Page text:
As in the previous years, this chapter presents a diverse set of articles related to the Soft Matter field published during the last year. A particular feature of this selection of highlights is the maturity attained by different techniques which now reveal unprecedented details. The first article, by Kim et al., shows the advancement of pump-probe solution scattering that has permitted the reconstruction of three-dimensional molecular envelopes of the microsecond range protein intermediates involved in the photocycle of photoactive yellow protein. The second example, by Bressel et al., demonstrates that the insight gained from time-resolved SAXS experiments could be utilised for the rational design of self-assembled unilamellar vesicles with controllable size and long-term stability. The XPCS technique has reached a new level of sensitivity that allowed Orsi et al. to derive even the fourth-order time-correlation function from a two-dimensional gel of a Langmuir monolayer of nanoparticles formed at an air-water interface. Time resolved GISAXS enabled Vegso et al. to capture a transient compression phase in a Langmuir film of nanoparticles upon continuous increase of surface pressure.

The article by Liu et al. illustrates that the flurry of discoveries of new liquid-crystal phases with T-shaped “bolaamphiphiles” go uninterrupted. Weinhausen et al. demonstrate that nanodiffraction with a complex biological specimen does yield results. Finally, new light is shed on crystallisation pathways in globular proteins (Zhang et al.) and polymers (Cavallo et al.). Within the space restriction, there are some notable omissions in this chapter, these include two-state rapid assembly mechanism of SV40 virus-like particles [S. Kler et al., JACS 134, 8823 (2012)] , conformational changes of haemoglobin observed within red blood cells following laser flash photolysis [A. Spilotros et al., Soft Matter 8, 6434 (2012)], etc.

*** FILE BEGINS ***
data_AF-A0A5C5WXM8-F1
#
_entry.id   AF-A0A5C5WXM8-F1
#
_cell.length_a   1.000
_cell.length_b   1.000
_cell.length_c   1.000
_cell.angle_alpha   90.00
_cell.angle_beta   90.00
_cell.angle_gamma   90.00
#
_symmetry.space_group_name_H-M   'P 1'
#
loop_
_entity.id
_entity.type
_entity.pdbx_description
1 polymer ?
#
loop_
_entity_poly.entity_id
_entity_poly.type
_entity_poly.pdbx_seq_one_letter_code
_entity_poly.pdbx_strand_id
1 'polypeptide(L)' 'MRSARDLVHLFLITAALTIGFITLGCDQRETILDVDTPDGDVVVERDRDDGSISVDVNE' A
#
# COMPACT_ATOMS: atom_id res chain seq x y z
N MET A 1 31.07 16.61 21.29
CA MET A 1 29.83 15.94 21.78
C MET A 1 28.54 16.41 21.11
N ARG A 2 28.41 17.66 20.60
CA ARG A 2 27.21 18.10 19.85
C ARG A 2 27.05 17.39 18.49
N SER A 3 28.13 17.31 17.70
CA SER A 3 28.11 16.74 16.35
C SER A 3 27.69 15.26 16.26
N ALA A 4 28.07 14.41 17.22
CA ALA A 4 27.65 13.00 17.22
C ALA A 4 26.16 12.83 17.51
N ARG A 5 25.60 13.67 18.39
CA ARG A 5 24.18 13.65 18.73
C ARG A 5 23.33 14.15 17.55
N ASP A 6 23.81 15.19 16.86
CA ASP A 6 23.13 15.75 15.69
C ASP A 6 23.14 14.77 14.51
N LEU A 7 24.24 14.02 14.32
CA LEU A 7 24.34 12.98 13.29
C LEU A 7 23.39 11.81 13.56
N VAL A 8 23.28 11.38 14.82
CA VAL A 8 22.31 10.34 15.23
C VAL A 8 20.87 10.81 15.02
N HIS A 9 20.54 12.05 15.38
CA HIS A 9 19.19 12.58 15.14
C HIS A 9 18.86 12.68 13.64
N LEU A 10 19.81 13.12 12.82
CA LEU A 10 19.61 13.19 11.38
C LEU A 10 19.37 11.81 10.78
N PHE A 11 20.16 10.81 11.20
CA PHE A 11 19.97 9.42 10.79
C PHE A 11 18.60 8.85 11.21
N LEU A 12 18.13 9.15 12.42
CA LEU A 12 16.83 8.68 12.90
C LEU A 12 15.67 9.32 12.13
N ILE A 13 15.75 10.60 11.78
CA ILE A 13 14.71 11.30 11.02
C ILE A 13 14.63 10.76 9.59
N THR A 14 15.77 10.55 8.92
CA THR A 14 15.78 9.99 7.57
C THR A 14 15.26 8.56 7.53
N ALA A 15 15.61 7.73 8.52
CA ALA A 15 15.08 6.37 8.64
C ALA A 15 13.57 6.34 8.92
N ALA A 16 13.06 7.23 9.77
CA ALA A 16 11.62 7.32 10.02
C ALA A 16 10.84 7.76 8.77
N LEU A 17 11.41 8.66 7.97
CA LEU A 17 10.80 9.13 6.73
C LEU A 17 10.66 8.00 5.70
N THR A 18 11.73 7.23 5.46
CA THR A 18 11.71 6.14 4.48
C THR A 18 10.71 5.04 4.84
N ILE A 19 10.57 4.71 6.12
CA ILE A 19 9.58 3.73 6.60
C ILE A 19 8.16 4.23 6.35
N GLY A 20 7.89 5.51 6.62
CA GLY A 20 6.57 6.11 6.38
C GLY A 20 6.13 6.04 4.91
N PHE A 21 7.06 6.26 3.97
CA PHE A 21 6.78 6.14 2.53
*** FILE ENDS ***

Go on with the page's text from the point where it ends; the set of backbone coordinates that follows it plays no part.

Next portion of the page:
Among the technical developments, ID10 has completed a major refurbishment with two end-stations for soft interfaces and coherent scattering coming to successful operation. The preparatory work for UPBL9a (ID02) is progressing well. The existing ID02 beamline will be closed in July and the upgraded beamline is expected to be reopened in May 2014. The technical design report for UPBL9b (ID09 Time Resolved) has been completed. Finally, the formal collaboration contract between ESRF and ILL for the Partnership for Soft Condensed Matter (PSCM) has been signed. The Science Building is nearing completion on schedule and the full scale operation of the PSCM in expected to begin in the second half of 2013. At present, the PSCM is actively seeking collaborative partners from academia and industry. In addition, enhanced services are offered to industrial customers for selected techniques (SAXS/WAXS and microdiffraction) in an effort to promote better use of synchrotron radiation in soft materials industrial R&D.

T. Narayanan